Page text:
Unit of Esophageal and Gastric Research (ESOGAR), Department of Molecular Medicine and Surgery, Karolinska Institutet, Stockholm, Sweden. helena.nordenstedt@ki.se

Female sex hormones have been suggested to increase the risk of gastroesophageal reflux symptoms via a relaxing effect on the lower esophageal sphincter. We investigated the relationship of oral contraceptives and postmenopausal hormone therapy (HT) to risk of reflux symptoms, controlling for genetic factors and body mass.
METHODS:

Information on exposures and reflux symptoms was obtained by telephone interviews conducted in 1998-2002 among women in the Swedish Twin Registry. Use of oral contraceptives was also assessed in 1973 by questionnaires. Both cross-sectional and prospective nested case-control designs were used, each with external control analysis. The cross-sectional design was further submitted to monozygotic co-twin control analysis.
RESULTS:

The cross-sectional study design comprised 4365 twins with reflux and 17,321 without. In ever users of estrogen HT, the risk of reflux symptoms was increased by 32% (odds ratio, 1.32; 95% confidence interval, 1.18-1.47). This association remained in the nested case-control analyses and increased slightly with higher body mass index. A similar pattern was observed for the use of progestin in the cross-sectional design, but no association remained in the nested case-control analysis. Use of oral contraceptives was not associated with an increased risk of reflux symptoms. Generally, the risk estimates remained virtually unchanged after adjustments for potential confounding factors, including genetic factors.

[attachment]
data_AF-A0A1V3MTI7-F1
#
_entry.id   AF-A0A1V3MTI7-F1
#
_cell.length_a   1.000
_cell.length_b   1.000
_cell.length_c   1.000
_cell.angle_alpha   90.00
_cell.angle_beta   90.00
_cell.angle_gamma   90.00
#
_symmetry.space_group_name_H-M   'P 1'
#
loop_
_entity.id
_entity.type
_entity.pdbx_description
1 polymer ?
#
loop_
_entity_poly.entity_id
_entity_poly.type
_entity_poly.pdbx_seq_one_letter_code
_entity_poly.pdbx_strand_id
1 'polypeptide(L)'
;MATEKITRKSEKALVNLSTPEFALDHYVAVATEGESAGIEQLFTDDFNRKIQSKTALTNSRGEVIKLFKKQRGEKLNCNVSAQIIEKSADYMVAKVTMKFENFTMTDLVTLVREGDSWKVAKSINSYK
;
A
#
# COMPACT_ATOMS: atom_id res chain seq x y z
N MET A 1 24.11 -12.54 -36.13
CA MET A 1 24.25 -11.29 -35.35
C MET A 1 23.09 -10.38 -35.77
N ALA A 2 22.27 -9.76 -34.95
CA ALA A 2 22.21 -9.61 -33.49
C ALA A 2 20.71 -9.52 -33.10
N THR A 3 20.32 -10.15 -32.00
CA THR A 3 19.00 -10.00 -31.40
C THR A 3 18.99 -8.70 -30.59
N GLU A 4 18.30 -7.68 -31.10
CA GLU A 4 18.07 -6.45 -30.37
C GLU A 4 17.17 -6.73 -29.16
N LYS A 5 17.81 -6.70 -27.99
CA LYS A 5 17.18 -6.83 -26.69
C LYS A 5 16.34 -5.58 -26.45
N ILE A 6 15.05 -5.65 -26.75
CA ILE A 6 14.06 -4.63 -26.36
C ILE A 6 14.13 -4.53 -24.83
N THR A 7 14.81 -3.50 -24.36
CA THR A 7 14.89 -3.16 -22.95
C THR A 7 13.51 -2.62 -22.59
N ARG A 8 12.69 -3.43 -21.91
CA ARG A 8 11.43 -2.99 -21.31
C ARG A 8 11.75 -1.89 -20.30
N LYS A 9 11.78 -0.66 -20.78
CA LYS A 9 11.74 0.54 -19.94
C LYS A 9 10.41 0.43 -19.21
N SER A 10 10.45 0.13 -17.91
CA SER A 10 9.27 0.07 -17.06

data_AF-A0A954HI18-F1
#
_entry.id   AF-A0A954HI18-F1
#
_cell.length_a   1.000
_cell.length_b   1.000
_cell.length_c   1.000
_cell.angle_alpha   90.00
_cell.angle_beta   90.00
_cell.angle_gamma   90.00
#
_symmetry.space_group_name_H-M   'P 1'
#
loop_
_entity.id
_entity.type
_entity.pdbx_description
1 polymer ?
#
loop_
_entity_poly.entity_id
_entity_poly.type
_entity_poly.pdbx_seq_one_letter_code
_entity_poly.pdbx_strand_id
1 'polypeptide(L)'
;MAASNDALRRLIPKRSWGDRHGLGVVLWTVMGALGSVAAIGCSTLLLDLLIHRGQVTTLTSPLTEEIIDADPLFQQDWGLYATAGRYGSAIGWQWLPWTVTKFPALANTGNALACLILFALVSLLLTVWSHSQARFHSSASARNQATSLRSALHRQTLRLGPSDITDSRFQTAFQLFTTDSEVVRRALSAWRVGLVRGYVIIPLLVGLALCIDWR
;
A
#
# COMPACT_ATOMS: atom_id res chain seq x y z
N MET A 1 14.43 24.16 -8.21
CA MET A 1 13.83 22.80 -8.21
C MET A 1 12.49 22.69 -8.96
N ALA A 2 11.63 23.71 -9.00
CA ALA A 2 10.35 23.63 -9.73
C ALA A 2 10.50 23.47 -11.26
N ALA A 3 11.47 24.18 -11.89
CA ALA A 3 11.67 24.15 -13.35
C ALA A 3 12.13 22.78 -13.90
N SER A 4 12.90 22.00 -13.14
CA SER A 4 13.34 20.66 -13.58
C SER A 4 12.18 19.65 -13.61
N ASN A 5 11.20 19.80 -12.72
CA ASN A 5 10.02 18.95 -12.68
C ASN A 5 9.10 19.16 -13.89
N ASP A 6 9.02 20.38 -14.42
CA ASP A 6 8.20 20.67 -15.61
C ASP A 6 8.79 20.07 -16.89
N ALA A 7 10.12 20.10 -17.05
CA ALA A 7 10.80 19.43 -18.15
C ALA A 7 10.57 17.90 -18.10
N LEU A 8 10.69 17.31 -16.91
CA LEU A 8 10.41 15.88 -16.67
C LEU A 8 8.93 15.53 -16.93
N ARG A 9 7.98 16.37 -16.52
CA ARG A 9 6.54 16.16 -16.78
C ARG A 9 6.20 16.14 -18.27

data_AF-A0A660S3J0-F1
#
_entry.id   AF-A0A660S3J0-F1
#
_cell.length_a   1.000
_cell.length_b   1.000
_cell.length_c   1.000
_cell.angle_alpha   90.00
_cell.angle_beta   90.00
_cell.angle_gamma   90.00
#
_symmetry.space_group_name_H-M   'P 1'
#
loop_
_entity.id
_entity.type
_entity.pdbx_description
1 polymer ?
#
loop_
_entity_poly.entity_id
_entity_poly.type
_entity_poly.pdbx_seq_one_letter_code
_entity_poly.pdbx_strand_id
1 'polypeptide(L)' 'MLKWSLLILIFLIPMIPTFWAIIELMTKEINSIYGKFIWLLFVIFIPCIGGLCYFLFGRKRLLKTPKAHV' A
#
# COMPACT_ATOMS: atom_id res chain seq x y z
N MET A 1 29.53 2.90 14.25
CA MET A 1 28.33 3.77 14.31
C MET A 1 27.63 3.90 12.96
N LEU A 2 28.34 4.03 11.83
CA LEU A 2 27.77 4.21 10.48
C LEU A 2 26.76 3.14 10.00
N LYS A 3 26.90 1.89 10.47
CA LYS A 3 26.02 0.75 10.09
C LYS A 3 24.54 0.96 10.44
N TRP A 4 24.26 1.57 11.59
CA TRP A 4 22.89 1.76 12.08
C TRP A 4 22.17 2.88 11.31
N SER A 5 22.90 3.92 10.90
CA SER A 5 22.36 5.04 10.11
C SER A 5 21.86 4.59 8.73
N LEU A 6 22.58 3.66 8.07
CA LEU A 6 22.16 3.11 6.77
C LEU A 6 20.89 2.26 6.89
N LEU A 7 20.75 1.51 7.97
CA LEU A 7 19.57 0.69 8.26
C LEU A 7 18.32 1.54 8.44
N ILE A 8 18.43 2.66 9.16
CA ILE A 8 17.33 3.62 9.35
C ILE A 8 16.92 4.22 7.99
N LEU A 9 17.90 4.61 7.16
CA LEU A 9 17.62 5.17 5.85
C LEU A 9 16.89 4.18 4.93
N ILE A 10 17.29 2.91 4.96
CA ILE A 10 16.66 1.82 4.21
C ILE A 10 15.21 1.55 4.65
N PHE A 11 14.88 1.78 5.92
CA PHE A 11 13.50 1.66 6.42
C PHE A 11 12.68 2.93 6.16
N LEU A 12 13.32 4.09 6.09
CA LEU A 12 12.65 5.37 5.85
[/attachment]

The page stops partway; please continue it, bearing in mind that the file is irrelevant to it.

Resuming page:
CONCLUSIONS:

This population-based twin study indicates that estrogen HT is an independent risk factor for reflux symptoms, while the influence of progestin HT and oral contraceptives is less consistent.